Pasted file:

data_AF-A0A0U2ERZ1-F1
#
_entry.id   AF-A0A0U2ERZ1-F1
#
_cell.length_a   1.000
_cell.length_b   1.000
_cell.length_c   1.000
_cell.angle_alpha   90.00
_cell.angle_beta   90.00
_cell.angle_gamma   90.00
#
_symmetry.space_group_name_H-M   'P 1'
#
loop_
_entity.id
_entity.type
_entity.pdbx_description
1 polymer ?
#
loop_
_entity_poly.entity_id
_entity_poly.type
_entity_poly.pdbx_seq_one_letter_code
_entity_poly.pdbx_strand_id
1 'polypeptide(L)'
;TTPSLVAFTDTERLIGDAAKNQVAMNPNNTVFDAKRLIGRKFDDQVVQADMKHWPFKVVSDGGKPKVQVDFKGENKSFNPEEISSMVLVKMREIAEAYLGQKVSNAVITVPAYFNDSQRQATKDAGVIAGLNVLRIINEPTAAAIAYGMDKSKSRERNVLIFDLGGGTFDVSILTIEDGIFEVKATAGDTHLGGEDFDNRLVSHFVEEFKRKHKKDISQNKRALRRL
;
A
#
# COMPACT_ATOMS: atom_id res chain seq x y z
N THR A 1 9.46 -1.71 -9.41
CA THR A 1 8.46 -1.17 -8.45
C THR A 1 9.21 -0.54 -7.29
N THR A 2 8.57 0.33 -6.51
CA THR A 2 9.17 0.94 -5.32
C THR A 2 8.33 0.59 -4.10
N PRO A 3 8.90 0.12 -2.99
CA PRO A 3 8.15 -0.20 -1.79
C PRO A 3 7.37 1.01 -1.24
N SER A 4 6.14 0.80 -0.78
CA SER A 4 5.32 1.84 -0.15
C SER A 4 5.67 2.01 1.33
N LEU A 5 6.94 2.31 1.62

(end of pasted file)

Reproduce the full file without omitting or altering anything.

data_AF-A0A0U2ERZ1-F1
#
_entry.id   AF-A0A0U2ERZ1-F1
#
_cell.length_a   1.000
_cell.length_b   1.000
_cell.length_c   1.000
_cell.angle_alpha   90.00
_cell.angle_beta   90.00
_cell.angle_gamma   90.00
#
_symmetry.space_group_name_H-M   'P 1'
#
loop_
_entity.id
_entity.type
_entity.pdbx_description
1 polymer ?
#
loop_
_entity_poly.entity_id
_entity_poly.type
_entity_poly.pdbx_seq_one_letter_code
_entity_poly.pdbx_strand_id
1 'polypeptide(L)'
;TTPSLVAFTDTERLIGDAAKNQVAMNPNNTVFDAKRLIGRKFDDQVVQADMKHWPFKVVSDGGKPKVQVDFKGENKSFNPEEISSMVLVKMREIAEAYLGQKVSNAVITVPAYFNDSQRQATKDAGVIAGLNVLRIINEPTAAAIAYGMDKSKSRERNVLIFDLGGGTFDVSILTIEDGIFEVKATAGDTHLGGEDFDNRLVSHFVEEFKRKHKKDISQNKRALRRL
;
A
#
# COMPACT_ATOMS: atom_id res chain seq x y z
N THR A 1 9.46 -1.71 -9.41
CA THR A 1 8.46 -1.17 -8.45
C THR A 1 9.21 -0.54 -7.29
N THR A 2 8.57 0.33 -6.51
CA THR A 2 9.17 0.94 -5.32
C THR A 2 8.33 0.59 -4.10
N PRO A 3 8.90 0.12 -2.99
CA PRO A 3 8.15 -0.20 -1.79
C PRO A 3 7.37 1.01 -1.24
N SER A 4 6.14 0.80 -0.78
CA SER A 4 5.32 1.84 -0.15
C SER A 4 5.67 2.01 1.33
N LEU A 5 6.94 2.31 1.62